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What I wrote was " can't be an offroad thing ,my old Africa twin and a Suzuki PE 250 I had were very sharp on steering ". mine was better with the forks through the yokes by 25 mm .Yesterdays excursion up a rough forest track tells me the bike is an off road styled bike and not really that great off road .
 

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Discussion Starter #9
Well , I have got to 170 on the trip meter and I'm not on reserve. Timed myself at 50 mph and the trip meter recorded 1 something or other in 50 seconds ,got to conclude that my trip meter is reading in km which has got me wondering if the ODO is reading km also ,in which case my bike has only covered 8000 km .
Anyone else come across a genuine UK bike ( supplied new by Scotbike in Glasgow )with a mph speedo but the trip is reading km ?
 

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I've had my bike about 9 months now. When I first got it I brimmed the tank and got just over 150 miles before needing reserve (countryside riding). Then I started commuting on it and got a bit of a shock when it conked out at 125 miles, before realising I'd hit reserve again.
Since then I've always left the fuel switch on the reserve selection and fill up every time I hit around 120-130 miles, I never forget and would rather do that than suddenly cut out on a dual carriageway or something.

Problem is I'll soon be increasing my commute to 40 miles a day, and it's going to be a bit of a pain filling up every 3 days. Guess I'll get used to it though...
 

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New here, I'd like to both chip and and pose a question!
On my 96 Funduro I got 290 until reserve, with spirited on road riding, with a very healthy bit of gravel and a little bit of 4wd tracks.
I have been averaging 5L per 100km for spirited road riding mixed with gravel roads.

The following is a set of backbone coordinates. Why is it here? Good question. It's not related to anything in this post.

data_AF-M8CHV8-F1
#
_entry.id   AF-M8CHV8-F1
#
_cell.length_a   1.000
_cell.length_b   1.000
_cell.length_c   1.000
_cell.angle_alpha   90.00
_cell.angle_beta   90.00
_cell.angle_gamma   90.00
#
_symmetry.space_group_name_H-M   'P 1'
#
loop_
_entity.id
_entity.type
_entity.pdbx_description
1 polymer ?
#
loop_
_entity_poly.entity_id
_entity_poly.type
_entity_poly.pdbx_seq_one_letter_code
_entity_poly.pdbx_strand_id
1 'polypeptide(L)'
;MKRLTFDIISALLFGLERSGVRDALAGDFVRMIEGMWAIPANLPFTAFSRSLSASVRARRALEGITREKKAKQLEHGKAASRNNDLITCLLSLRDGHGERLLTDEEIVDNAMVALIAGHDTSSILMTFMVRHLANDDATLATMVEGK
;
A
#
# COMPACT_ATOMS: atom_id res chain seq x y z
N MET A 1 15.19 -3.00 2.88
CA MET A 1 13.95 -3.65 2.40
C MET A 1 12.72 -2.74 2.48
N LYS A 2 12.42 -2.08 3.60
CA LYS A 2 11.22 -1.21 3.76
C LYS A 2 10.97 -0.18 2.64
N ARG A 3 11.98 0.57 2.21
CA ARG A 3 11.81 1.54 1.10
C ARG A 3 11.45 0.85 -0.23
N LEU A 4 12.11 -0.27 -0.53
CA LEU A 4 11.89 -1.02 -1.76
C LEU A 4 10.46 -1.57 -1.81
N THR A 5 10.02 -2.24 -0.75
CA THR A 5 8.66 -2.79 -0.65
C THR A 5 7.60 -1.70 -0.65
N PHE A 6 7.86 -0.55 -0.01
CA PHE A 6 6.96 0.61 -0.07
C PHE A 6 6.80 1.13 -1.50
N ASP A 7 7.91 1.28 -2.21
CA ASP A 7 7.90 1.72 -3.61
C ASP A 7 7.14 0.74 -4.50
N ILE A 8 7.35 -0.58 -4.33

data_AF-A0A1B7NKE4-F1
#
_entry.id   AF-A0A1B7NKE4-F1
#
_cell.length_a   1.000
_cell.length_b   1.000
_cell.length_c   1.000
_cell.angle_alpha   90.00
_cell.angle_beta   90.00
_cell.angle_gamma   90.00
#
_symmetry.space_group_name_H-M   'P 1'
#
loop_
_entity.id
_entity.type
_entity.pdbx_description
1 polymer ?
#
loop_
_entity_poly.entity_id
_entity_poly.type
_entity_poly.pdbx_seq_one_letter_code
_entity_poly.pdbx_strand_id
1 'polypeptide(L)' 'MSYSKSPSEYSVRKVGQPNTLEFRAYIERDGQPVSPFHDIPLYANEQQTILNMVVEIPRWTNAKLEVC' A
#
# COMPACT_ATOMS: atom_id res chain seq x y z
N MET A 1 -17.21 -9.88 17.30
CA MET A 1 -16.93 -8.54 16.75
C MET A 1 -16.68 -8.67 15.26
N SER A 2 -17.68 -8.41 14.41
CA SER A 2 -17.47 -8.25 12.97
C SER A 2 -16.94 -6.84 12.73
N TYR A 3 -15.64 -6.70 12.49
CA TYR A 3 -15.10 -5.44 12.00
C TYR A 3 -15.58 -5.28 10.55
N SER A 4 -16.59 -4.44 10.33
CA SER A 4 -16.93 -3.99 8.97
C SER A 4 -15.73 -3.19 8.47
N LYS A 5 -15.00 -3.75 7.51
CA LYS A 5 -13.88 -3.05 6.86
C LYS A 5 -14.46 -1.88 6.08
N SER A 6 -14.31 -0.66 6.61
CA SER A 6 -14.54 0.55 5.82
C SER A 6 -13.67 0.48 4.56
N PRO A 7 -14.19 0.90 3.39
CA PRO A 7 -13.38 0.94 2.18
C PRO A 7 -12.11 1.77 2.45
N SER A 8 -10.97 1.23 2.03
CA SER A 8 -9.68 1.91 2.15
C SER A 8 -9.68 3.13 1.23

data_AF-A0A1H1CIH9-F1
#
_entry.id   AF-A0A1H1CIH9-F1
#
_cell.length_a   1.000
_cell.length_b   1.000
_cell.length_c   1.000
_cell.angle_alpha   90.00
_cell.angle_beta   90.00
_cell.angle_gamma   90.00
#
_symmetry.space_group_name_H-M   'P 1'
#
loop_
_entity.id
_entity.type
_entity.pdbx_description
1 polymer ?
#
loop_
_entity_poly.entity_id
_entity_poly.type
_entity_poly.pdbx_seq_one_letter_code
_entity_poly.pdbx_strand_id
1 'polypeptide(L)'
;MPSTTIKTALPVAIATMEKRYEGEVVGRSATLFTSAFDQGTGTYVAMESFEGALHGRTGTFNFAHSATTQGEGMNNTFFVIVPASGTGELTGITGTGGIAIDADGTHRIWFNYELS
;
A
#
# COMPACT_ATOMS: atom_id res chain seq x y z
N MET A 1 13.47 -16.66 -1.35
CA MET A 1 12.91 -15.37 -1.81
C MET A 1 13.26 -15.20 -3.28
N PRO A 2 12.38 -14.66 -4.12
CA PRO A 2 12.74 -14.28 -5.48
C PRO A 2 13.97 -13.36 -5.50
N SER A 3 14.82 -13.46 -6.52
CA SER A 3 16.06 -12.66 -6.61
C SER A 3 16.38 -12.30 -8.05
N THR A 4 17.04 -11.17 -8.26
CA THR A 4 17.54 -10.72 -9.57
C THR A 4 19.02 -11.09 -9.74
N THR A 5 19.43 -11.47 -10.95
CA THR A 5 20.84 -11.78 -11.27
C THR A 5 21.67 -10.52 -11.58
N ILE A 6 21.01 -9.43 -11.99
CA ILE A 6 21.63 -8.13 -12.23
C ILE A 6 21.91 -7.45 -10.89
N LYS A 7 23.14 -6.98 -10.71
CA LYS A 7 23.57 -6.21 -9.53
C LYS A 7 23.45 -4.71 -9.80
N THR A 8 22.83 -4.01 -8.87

I am also wondering what I'd expect fuel range/usage to be for a trip such as Old Telegraph track, which is about 150km between fuel stops of mostly hard 4wd track with sand, creek crossings etc etc. Maybe the bike's fuel mileage would be about half that of normal?
Cheers ,Sam
 

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Hi

So further to my last post I've been some calculations. I've just filled my tank and since the last tank fill I've done 128 miles. I used 12.9 litres filling the tank and so based on that my bike is doing an average of 45mpg - not so good against some of your rates!

Now, from online specs my tank has a max of 17.3 litres, based on this I'd get a max of 165 miles before the tank is empty. How are some of you getting a lot more miles before even the reserve is hit!? :eek:
 

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Oh, worth mentioning if you want any sort of precision, I'd check out how far your odometer is - checking mine against gps, mine is +5% out.
 

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Note;
some of figures posted here have been in kms & some in miles,
5miles approximately =8miles.
165 miles between fill ups, equates to 264kms
 

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Oh, worth mentioning if you want any sort of precision, I'd check out how far your odometer is - checking mine against gps, mine is +5% out.
Good point actually, I've known for a little while now the speedometer on mine is reading higher by at least 10-15mph but that should have done the opposite and made my mileage read more than actual?
 

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Good point actually, I've known for a little while now the speedometer on mine is reading higher by at least 10-15mph but that should have done the opposite and made my mileage read more than actual?
Correct! Sorry made it sound even worse for you ha!
 

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Good point actually, I've known for a little while now the speedometer on mine is reading higher by at least 10-15mph but that should have done the opposite and made my mileage read more than actual?
speedo reading not necessarily connected to trip recorder, separate functions
 

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speedo reading not necessarily connected to trip recorder, separate functions
Well, they both read off same sensor (from front wheel) but if speedo needle isn't accurate, sure.
Either way, the most accurate check, and the way I did it, was record a gps along a ride, and compare it to trip meter reading.
 

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Good point actually, I've known for a little while now the speedometer on mine is reading higher by at least 10-15mph but that should have done the opposite and made my mileage read more than actual?
Ah you've probably got the wrong speedo drive unit. St and funduro have different size front wheels, so have different parts to sort it out.
Mine was an st, now a funduro, except speedo drive is still the st, the speed given on clocks is actually now spot on compared to GPS +/- 1mph. Means my "mpg" is always going to show around 5 to 10% less than others, but the actual speed being accurate is more useful to me.